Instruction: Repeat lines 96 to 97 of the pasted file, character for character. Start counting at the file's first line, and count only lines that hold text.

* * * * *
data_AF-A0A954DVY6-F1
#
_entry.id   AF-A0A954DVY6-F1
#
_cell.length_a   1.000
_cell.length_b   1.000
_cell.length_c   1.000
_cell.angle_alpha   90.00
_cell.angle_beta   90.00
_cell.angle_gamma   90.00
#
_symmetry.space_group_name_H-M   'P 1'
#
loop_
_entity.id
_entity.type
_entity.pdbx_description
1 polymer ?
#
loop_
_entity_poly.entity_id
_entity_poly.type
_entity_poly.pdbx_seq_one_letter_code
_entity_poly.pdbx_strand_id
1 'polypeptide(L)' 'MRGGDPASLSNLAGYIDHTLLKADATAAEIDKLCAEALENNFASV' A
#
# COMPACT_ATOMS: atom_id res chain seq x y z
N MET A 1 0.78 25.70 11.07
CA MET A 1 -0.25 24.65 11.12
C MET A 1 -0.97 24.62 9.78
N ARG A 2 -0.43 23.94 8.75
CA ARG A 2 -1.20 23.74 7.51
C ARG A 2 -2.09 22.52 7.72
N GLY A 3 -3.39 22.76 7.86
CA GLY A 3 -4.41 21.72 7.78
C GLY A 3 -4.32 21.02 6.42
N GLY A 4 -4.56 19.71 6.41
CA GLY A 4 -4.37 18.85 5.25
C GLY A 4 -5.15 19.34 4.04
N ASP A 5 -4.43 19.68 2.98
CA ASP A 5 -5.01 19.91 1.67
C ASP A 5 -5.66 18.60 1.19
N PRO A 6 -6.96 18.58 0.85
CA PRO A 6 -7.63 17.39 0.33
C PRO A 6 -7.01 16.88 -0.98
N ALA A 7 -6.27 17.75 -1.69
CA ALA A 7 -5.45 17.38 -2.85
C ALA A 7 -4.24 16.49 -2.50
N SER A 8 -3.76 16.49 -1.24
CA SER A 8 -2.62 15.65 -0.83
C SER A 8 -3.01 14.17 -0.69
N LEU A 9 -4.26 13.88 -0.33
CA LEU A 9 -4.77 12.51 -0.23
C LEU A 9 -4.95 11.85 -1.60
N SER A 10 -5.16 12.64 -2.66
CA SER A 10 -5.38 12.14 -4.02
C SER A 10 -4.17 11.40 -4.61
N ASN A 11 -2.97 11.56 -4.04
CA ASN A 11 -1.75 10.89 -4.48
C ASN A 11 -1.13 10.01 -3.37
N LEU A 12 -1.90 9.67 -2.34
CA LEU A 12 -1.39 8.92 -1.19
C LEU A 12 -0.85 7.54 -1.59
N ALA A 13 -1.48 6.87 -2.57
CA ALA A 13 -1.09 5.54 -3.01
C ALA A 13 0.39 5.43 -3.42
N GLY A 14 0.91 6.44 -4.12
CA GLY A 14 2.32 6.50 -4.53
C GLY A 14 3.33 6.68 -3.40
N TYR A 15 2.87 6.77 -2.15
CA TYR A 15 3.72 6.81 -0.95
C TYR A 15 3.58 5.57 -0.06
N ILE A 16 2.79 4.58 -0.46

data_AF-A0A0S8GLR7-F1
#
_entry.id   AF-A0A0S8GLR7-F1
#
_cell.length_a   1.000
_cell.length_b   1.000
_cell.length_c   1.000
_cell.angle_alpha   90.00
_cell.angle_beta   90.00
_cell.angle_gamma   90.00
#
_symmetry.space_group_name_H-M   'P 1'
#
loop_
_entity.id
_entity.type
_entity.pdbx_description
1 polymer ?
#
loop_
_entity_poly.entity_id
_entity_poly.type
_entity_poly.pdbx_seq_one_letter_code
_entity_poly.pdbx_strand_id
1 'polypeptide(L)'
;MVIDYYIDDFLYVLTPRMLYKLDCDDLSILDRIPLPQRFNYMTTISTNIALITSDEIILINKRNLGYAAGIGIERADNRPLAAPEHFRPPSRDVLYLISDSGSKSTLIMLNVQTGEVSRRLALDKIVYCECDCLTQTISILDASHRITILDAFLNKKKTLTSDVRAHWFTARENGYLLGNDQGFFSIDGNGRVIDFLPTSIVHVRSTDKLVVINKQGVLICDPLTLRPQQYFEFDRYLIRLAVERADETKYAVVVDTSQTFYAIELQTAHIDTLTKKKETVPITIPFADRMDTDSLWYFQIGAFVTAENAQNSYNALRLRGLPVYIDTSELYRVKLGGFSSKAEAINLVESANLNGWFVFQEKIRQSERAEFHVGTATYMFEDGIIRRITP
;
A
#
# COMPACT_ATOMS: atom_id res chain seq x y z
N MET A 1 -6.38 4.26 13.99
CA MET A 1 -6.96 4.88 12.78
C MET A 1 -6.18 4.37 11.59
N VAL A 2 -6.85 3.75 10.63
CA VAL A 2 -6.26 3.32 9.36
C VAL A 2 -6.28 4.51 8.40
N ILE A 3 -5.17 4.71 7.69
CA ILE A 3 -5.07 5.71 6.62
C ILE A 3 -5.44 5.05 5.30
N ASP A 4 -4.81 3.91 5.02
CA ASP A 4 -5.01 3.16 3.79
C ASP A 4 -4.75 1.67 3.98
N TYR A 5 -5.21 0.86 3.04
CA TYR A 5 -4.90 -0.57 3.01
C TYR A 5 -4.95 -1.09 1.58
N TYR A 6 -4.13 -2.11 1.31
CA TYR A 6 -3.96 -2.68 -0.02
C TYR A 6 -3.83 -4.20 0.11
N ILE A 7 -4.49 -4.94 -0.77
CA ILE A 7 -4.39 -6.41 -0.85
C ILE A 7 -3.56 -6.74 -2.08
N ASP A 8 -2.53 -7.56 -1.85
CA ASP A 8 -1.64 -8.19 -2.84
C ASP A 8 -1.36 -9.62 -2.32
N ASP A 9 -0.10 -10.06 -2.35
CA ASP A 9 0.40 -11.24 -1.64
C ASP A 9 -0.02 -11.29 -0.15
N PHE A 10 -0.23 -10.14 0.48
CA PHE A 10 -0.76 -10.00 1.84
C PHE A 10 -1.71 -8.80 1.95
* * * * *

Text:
_entity_poly.pdbx_seq_one_letter_code
_entity_poly.pdbx_strand_id